I look forward to hearing from the Board about its plans in this matter.

Sincerely,

Mike McCabe
Executive Director

Letter to Elections Board

May 22, 2001

John P. Savage, Chairperson
State of Wisconsin Elections Board
P.O. Box 2973
132 East Wilson Street, 2nd Floor
Madison, WI 53701-2973

Dear Mr. Savage:

I am writing on behalf of the Wisconsin Democracy Campaign to urge the Elections Board to investigate and take appropriate enforcement actions concerning apparent violations of Wisconsin campaign finance laws detailed in the Wisconsin State Journal investigation of the legislative caucuses.

Based on the evidence documented by the State Journal, we conclude there have been numerous and repeated violations of the state law pertaining to unlawful political contributions. The State Journal probe revealed widespread use of state offices, equipment and resources by state employees - on state time - to assist candidates. These documented activities not only are a gross misuse of taxpayer funds, but also are in clear violation of section 11.24 of the state statutes which, as you know, says "No person may, directly or indirectly, make any contribution other than from funds or property belonging to the contributor."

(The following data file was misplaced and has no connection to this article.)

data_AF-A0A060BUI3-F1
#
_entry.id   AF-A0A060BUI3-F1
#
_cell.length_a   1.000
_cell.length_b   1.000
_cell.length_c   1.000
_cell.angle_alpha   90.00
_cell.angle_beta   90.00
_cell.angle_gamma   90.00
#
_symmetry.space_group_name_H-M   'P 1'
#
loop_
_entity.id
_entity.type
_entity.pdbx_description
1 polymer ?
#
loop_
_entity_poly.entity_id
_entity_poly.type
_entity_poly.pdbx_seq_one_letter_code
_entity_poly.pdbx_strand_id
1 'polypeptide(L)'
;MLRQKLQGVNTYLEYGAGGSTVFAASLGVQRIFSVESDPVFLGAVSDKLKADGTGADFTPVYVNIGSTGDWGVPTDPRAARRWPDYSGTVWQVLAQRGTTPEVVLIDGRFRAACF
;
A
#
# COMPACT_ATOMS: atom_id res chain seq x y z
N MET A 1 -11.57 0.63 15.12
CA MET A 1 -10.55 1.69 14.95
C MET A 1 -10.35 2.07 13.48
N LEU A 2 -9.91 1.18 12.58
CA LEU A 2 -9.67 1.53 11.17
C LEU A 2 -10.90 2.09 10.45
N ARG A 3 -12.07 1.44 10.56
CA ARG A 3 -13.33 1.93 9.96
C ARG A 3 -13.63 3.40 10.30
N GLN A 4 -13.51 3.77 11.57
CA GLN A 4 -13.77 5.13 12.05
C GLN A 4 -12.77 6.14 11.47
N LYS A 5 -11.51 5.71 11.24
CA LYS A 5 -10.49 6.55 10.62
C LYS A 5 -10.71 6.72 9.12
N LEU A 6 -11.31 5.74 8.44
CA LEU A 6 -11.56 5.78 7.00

The State Journal probe also unearthed plentiful evidence of collusion between a purportedly independent political group, Project Vote Informed, and state employees who were working on behalf of 12 candidates in the 2000 election. As you are well aware, section 11.06 (7) makes it illegal for any group making independent disbursements to "act in cooperation or consultation with any candidate or agent or authorized committee of a candidate." or to "act in concert with, or at the request or suggestion of, any candidate or agent or authorized committee of a candidate.." The records obtained by the State Journal as well as the statements of involved employees show a high level of interaction and collaboration between Project Vote Informed and state employees who were actively working on behalf of candidates who were aided by PVI’s activities.

I know the Board has traditionally been reluctant to take action on apparent campaign finance law violations absent a formal complaint filed by a citizen. This case is different and you should treat it differently. We are not in a position to readily obtain the documented evidence the State Journal has acquired. You are. We call on you to immediately investigate the apparent violations I referenced as well as any others that may surface, and quickly move to severely punish those who are found to have broken the law.

A strong response from the Elections Board is critical if the laws dealing with unlawful political contributions and prohibiting collaboration between legislative campaigns and independent

groups are to have any meaning and offer any protection against corruption of the political process.

I look forward to hearing from the Board about its plans in this matter.

Sincerely,

Mike McCabe
Executive Director